North Campus by air, populated almost entirely by freshmen.

Michael Wenye Li / Sun Photographer

North Campus by air, populated almost entirely by freshmen.

August 24, 2019

Attention Freshman: The Backstory of Your New North Campus Home

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Bad or good, everyone has their first-year housing story: meeting their future best friend, dealing with an insomniac roommate or, for those in a single, the quiet.

As the class of 2023 finishes up the second day of move-in, The Sun took a look back at the history and ongoing process of North Campus housing.

The first dorm on what became today’s North Campus was Risley Residential College, built in 1913 and referred to as the first of the “women’s dorms.” Further developments in the area — Balch Hall in 1929, Clara Dickson Hall in 1946 and Donlon Hall in 1961 —  were constructed as all-female dorms.

The area encompassing these dorms was officially dubbed “North Campus” in 1970 during the construction of the co-ed Low Rise and High Rise complexes, as well as the North Campus Union, now known as the Robert Purcell Community Center.

RPCC’s dining hall will be replaced in the upcoming $250 million North Campus renovation — so, freshmen, get your Mongolian barbeque and RPCC brunch while you can.

A 1927 picture of Risley's dining hall, which is modeled after a building at Oxford University. At this time, the hall only housed women.

Courtesy of Cornell University

A 1927 picture of Risley’s dining hall, which is modeled after a building at Oxford University. At this time, the hall only housed women.

Later expansions to North Campus included the establishment of a number of “program houses” to accompany Risley, which was made into an creative-arts focused dormitory in 1970.

Click here for a 2008 primer on some of the traditions that make Risley unique. Many, like Pool — involving a midnight “swimming” session — still go on today. Risley is also home to Cornell’s resident pole dancing troupe.

Program houses are smaller dorms dedicated to the specific interests of Cornell’s diverse student body. There are nine different Program Houses. The newest among these niche residences is the Loving House, which is meant as inclusive housing for LGBTQ+ students.

First proposed through a 1992 Student Assembly resolution, the Loving House was finally approved in 2018 and will be opening in Mews Hall for the Fall 2019 semester. You can read a deep dive into the Loving House’s background here.

The east side of Mews Hall's first floor has the capacity to house approximately 30 students, and is the new location of the Loving House.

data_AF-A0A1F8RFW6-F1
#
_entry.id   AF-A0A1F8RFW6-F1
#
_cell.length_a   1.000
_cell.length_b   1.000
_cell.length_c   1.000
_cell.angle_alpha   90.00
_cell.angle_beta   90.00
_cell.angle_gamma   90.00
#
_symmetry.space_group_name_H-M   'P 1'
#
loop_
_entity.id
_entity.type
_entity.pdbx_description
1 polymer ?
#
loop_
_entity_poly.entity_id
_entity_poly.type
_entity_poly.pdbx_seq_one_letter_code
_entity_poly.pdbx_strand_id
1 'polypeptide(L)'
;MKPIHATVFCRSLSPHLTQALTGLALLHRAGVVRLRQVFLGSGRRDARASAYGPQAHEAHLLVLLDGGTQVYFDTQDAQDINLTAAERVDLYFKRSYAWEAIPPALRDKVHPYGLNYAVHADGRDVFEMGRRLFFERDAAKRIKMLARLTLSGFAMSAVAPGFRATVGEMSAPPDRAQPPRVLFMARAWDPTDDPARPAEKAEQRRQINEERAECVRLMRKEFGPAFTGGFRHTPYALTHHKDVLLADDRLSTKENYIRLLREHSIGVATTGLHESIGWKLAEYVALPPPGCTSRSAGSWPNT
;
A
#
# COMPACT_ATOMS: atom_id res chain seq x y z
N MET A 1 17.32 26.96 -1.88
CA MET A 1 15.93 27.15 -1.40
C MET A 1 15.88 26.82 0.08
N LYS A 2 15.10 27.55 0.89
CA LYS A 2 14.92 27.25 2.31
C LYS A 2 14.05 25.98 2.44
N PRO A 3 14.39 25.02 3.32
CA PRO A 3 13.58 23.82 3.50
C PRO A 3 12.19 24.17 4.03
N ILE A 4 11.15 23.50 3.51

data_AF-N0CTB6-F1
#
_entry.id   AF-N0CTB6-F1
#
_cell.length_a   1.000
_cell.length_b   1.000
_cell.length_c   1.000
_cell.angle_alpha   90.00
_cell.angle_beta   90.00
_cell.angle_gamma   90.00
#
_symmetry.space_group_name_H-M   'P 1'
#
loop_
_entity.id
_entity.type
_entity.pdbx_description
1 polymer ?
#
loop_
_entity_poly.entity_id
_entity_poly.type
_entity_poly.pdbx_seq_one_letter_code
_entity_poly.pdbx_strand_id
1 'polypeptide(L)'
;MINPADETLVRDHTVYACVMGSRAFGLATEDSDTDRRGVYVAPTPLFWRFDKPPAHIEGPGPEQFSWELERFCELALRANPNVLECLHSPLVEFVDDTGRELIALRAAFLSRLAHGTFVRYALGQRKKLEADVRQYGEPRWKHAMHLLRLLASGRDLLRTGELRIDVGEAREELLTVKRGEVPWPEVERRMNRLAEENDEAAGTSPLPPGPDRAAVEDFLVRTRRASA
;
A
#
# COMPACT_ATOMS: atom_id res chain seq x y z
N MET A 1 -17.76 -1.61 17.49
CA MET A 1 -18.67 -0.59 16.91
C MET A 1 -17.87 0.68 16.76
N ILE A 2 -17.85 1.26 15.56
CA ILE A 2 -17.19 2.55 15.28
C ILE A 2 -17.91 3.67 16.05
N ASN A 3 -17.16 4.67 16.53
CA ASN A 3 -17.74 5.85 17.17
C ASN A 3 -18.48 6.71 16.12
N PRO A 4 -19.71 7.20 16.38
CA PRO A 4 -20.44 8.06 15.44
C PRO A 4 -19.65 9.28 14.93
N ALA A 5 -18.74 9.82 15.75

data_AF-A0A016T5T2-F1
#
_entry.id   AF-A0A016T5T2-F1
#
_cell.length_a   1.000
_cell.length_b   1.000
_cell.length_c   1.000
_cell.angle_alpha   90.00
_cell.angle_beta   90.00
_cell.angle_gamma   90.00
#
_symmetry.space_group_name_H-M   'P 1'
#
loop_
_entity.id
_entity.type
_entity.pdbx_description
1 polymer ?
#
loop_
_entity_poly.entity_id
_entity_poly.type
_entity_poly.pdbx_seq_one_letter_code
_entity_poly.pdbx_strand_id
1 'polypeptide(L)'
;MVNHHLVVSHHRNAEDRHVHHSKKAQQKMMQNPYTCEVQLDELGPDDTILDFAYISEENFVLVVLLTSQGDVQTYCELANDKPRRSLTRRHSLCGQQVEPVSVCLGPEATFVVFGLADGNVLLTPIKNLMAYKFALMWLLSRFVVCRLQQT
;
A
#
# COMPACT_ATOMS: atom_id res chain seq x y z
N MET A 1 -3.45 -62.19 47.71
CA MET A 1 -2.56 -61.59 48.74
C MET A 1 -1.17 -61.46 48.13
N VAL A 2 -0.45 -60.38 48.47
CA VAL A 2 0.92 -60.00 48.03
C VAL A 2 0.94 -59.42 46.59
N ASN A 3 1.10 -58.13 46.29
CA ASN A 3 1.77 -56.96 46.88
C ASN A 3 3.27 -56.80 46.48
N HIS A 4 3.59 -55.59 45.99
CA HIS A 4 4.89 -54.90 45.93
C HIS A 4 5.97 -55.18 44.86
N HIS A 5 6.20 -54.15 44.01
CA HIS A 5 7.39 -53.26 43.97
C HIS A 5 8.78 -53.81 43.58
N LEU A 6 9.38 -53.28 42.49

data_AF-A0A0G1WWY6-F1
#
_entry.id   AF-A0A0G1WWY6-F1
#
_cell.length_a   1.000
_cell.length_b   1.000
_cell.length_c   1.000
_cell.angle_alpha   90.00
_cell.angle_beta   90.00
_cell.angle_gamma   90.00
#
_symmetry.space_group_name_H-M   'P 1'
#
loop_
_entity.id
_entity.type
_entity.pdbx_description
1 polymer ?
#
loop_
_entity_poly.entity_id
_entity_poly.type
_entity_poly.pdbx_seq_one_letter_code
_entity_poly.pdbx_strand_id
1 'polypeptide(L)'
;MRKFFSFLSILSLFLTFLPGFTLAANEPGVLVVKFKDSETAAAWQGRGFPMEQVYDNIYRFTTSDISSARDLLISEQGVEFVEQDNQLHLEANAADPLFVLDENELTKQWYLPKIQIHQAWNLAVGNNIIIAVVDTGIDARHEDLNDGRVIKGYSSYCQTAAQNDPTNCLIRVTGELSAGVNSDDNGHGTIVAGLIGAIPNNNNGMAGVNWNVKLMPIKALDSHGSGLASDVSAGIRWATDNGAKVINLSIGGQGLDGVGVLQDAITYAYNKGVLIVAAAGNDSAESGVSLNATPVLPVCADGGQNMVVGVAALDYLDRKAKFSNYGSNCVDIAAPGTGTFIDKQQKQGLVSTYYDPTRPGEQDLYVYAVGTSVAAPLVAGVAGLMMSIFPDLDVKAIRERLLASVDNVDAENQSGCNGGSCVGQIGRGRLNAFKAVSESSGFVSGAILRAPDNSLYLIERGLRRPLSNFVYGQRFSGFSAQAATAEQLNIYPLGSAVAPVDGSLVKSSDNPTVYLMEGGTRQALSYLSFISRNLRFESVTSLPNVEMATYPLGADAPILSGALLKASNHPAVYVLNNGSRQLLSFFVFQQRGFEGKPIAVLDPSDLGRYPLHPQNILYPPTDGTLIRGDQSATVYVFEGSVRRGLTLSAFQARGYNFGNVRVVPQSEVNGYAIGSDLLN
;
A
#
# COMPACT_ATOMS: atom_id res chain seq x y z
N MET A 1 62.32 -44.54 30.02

Sun File Photo

The east side of Mews Hall’s first floor has the capacity to house approximately 30 students, and is the new location of the Loving House.

Also among the program residences, the Ecology House, draws in close to 100 residents each year, all interested in “protecting the environment” and pursuing “environmentalism.”

It’s a bit of a hike from the other North Campus dorms, which residents typically make on foot or by bike.

“It’s decently far,” Keshin Visahan ’21, a first-year resident of Eco House, said about his experiences in the green community. “[But] the rooms are big; many have their own bathrooms. It’s quiet around and beautiful.”

“AC is nice too,” he continued.

Apart from Eco House, only Mews Hall, the townhouses and Court-Kay-Bauer have air-conditioning, which makes box fans a hot commodity for new students.

Some North Campus dorms also had a lot of trouble at the beginning of last semester due to broken or faulty heating equipment. Cornell saw its first snowfall in late October of last year.

If a new student is living in a program house, they had to indicate that they wanted to live in the house during the housing process. For all students, there’s a form that allows ranking of their housing choices. This is accompanied by a “lifestyle preference survey” meant to match students with similar habits as roommates.

This survey includes questions gauging a student’s nighttime activity to whether the new students smokes or not. Cornell toyed with the idea of banning tobacco across campus last year, but it is still permitted as of now.

The Housing Office tries to assign based on those rankings — but everything else after that is random. Prices are standardized for all rooms as well, depending on the number of occupants.

Balch Hall in the snow.

Boris Tsang / Sun Photography Editor

Balch Hall in the snow.

Aileen Martinez ’23, a first-year student in to Donlon Hall, said that the process was easy and she was pleased with her assignment.

“[For me] the most important factor was location (Donlon Hall is located in the middle of North Campus) and that it included both genders.”

For those not interested in a random roommate, the Housing Office “accommodates requests to be placed with a specific roommate or roommates,” which means new students can choose their roommate.

Facebook groups and social media group chats have sprung up in order to connect first-year students with potential roommates, rather than leave selection up to chance. The largest of these groups is the Cornell Class of 2023 Facebook group, which has over 3,300 members.

Nicholas Gregory Cicero ’21, who lived in Bauer Hall for his freshman year, was one of these students.

“I put in the 2021 group if anyone needed a roommate,” he said. His new roommate, he said, was the only one who liked the message.